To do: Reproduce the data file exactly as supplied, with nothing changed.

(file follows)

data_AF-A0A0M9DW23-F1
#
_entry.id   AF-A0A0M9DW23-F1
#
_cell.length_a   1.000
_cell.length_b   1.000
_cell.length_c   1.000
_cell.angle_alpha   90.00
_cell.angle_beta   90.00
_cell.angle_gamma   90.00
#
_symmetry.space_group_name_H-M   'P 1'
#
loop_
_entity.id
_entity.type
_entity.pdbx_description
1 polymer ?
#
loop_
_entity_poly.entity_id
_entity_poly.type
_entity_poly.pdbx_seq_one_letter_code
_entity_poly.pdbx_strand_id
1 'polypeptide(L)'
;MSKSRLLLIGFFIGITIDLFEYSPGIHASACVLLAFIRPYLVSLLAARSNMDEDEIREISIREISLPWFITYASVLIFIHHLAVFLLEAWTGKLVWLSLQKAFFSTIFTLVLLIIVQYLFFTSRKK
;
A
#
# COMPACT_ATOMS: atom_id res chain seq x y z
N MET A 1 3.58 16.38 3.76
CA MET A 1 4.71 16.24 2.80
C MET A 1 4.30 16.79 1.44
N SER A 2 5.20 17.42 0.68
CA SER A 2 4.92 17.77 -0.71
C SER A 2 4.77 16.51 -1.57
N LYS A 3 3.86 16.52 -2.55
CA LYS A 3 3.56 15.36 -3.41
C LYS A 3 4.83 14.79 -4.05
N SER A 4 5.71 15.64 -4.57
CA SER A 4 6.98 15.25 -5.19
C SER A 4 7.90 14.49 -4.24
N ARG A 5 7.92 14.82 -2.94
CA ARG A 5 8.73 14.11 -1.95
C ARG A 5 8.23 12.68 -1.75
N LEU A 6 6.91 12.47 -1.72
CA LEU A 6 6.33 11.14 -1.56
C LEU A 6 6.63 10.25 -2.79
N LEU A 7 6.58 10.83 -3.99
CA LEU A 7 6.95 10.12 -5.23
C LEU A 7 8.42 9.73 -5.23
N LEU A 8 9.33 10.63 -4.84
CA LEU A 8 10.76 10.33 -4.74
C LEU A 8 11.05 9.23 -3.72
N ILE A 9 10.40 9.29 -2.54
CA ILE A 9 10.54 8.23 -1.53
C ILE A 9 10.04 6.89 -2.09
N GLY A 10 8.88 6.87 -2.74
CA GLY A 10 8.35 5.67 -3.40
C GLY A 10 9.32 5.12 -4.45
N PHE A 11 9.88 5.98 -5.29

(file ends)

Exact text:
data_AF-A0A0M9DW23-F1
#
_entry.id   AF-A0A0M9DW23-F1
#
_cell.length_a   1.000
_cell.length_b   1.000
_cell.length_c   1.000
_cell.angle_alpha   90.00
_cell.angle_beta   90.00
_cell.angle_gamma   90.00
#
_symmetry.space_group_name_H-M   'P 1'
#
loop_
_entity.id
_entity.type
_entity.pdbx_description
1 polymer ?
#
loop_
_entity_poly.entity_id
_entity_poly.type
_entity_poly.pdbx_seq_one_letter_code
_entity_poly.pdbx_strand_id
1 'polypeptide(L)'
;MSKSRLLLIGFFIGITIDLFEYSPGIHASACVLLAFIRPYLVSLLAARSNMDEDEIREISIREISLPWFITYASVLIFIHHLAVFLLEAWTGKLVWLSLQKAFFSTIFTLVLLIIVQYLFFTSRKK
;
A
#
# COMPACT_ATOMS: atom_id res chain seq x y z
N MET A 1 3.58 16.38 3.76
CA MET A 1 4.71 16.24 2.80
C MET A 1 4.30 16.79 1.44
N SER A 2 5.20 17.42 0.68
CA SER A 2 4.92 17.77 -0.71
C SER A 2 4.77 16.51 -1.57
N LYS A 3 3.86 16.52 -2.55
CA LYS A 3 3.56 15.36 -3.41
C LYS A 3 4.83 14.79 -4.05
N SER A 4 5.71 15.64 -4.57
CA SER A 4 6.98 15.25 -5.19
C SER A 4 7.90 14.49 -4.24
N ARG A 5 7.92 14.82 -2.94
CA ARG A 5 8.73 14.11 -1.95
C ARG A 5 8.23 12.68 -1.75
N LEU A 6 6.91 12.47 -1.72
CA LEU A 6 6.33 11.14 -1.56
C LEU A 6 6.63 10.25 -2.79
N LEU A 7 6.58 10.83 -3.99
CA LEU A 7 6.95 10.12 -5.23
C LEU A 7 8.42 9.73 -5.23
N LEU A 8 9.33 10.63 -4.84
CA LEU A 8 10.76 10.33 -4.74
C LEU A 8 11.05 9.23 -3.72
N ILE A 9 10.40 9.29 -2.54
CA ILE A 9 10.54 8.23 -1.53
C ILE A 9 10.04 6.89 -2.09
N GLY A 10 8.88 6.87 -2.74
CA GLY A 10 8.35 5.67 -3.40
C GLY A 10 9.32 5.12 -4.45
N PHE A 11 9.88 5.98 -5.29